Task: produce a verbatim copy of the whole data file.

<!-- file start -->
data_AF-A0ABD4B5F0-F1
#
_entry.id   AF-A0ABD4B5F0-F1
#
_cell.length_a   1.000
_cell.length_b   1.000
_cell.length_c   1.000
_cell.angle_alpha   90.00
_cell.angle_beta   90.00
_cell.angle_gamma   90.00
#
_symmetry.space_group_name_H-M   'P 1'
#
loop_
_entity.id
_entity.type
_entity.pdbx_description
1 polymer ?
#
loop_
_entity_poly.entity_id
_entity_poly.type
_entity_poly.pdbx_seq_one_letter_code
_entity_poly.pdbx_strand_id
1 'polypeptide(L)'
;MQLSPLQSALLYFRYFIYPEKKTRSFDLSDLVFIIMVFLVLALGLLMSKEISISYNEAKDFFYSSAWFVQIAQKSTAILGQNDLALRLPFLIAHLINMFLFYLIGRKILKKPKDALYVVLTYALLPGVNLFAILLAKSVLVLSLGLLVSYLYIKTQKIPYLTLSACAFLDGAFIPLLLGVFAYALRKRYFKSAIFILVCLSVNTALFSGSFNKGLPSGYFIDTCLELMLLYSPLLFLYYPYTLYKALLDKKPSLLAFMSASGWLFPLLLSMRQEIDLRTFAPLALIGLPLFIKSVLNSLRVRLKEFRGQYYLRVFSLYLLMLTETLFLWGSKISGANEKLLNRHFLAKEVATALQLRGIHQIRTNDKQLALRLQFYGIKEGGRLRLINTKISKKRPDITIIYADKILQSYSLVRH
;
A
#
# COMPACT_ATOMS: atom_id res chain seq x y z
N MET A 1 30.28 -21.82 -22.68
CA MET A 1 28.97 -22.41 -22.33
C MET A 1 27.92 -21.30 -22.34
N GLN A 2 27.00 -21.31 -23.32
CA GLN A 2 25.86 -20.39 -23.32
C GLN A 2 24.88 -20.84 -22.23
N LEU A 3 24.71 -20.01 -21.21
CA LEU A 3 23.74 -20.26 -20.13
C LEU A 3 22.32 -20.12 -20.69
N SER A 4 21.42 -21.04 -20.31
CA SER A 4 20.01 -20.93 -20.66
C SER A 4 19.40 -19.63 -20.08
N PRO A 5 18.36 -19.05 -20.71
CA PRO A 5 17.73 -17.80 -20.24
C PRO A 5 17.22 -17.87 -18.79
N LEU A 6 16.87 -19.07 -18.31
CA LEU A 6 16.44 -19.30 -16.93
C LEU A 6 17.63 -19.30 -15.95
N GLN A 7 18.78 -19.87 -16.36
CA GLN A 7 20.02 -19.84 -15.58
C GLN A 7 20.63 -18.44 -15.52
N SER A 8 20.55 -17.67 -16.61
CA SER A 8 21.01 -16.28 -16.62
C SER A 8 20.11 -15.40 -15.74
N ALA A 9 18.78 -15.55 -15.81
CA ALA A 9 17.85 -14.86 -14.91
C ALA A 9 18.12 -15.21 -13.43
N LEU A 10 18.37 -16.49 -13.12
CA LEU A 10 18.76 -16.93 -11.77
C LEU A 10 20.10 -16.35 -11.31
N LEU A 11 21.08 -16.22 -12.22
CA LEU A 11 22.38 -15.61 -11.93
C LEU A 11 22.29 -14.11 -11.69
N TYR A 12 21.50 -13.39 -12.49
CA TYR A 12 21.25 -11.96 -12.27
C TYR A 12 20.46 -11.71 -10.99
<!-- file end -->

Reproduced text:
data_AF-A0ABD4B5F0-F1
#
_entry.id   AF-A0ABD4B5F0-F1
#
_cell.length_a   1.000
_cell.length_b   1.000
_cell.length_c   1.000
_cell.angle_alpha   90.00
_cell.angle_beta   90.00
_cell.angle_gamma   90.00
#
_symmetry.space_group_name_H-M   'P 1'
#
loop_
_entity.id
_entity.type
_entity.pdbx_description
1 polymer ?
#
loop_
_entity_poly.entity_id
_entity_poly.type
_entity_poly.pdbx_seq_one_letter_code
_entity_poly.pdbx_strand_id
1 'polypeptide(L)'
;MQLSPLQSALLYFRYFIYPEKKTRSFDLSDLVFIIMVFLVLALGLLMSKEISISYNEAKDFFYSSAWFVQIAQKSTAILGQNDLALRLPFLIAHLINMFLFYLIGRKILKKPKDALYVVLTYALLPGVNLFAILLAKSVLVLSLGLLVSYLYIKTQKIPYLTLSACAFLDGAFIPLLLGVFAYALRKRYFKSAIFILVCLSVNTALFSGSFNKGLPSGYFIDTCLELMLLYSPLLFLYYPYTLYKALLDKKPSLLAFMSASGWLFPLLLSMRQEIDLRTFAPLALIGLPLFIKSVLNSLRVRLKEFRGQYYLRVFSLYLLMLTETLFLWGSKISGANEKLLNRHFLAKEVATALQLRGIHQIRTNDKQLALRLQFYGIKEGGRLRLINTKISKKRPDITIIYADKILQSYSLVRH
;
A
#
# COMPACT_ATOMS: atom_id res chain seq x y z
N MET A 1 30.28 -21.82 -22.68
CA MET A 1 28.97 -22.41 -22.33
C MET A 1 27.92 -21.30 -22.34
N GLN A 2 27.00 -21.31 -23.32
CA GLN A 2 25.86 -20.39 -23.32
C GLN A 2 24.88 -20.84 -22.23
N LEU A 3 24.71 -20.01 -21.21
CA LEU A 3 23.74 -20.26 -20.13
C LEU A 3 22.32 -20.12 -20.69
N SER A 4 21.42 -21.04 -20.31
CA SER A 4 20.01 -20.93 -20.66
C SER A 4 19.40 -19.63 -20.08
N PRO A 5 18.36 -19.05 -20.71
CA PRO A 5 17.73 -17.80 -20.24
C PRO A 5 17.22 -17.87 -18.79
N LEU A 6 16.87 -19.07 -18.31
CA LEU A 6 16.44 -19.30 -16.93
C LEU A 6 17.63 -19.30 -15.95
N GLN A 7 18.78 -19.87 -16.36
CA GLN A 7 20.02 -19.84 -15.58
C GLN A 7 20.63 -18.44 -15.52
N SER A 8 20.55 -17.67 -16.61
CA SER A 8 21.01 -16.28 -16.62
C SER A 8 20.11 -15.40 -15.74
N ALA A 9 18.78 -15.55 -15.81
CA ALA A 9 17.85 -14.86 -14.91
C ALA A 9 18.12 -15.21 -13.43
N LEU A 10 18.37 -16.49 -13.12
CA LEU A 10 18.76 -16.93 -11.77
C LEU A 10 20.10 -16.35 -11.31
N LEU A 11 21.08 -16.22 -12.22
CA LEU A 11 22.38 -15.61 -11.93
C LEU A 11 22.29 -14.11 -11.69
N TYR A 12 21.50 -13.39 -12.49
CA TYR A 12 21.25 -11.96 -12.27
C TYR A 12 20.46 -11.71 -10.99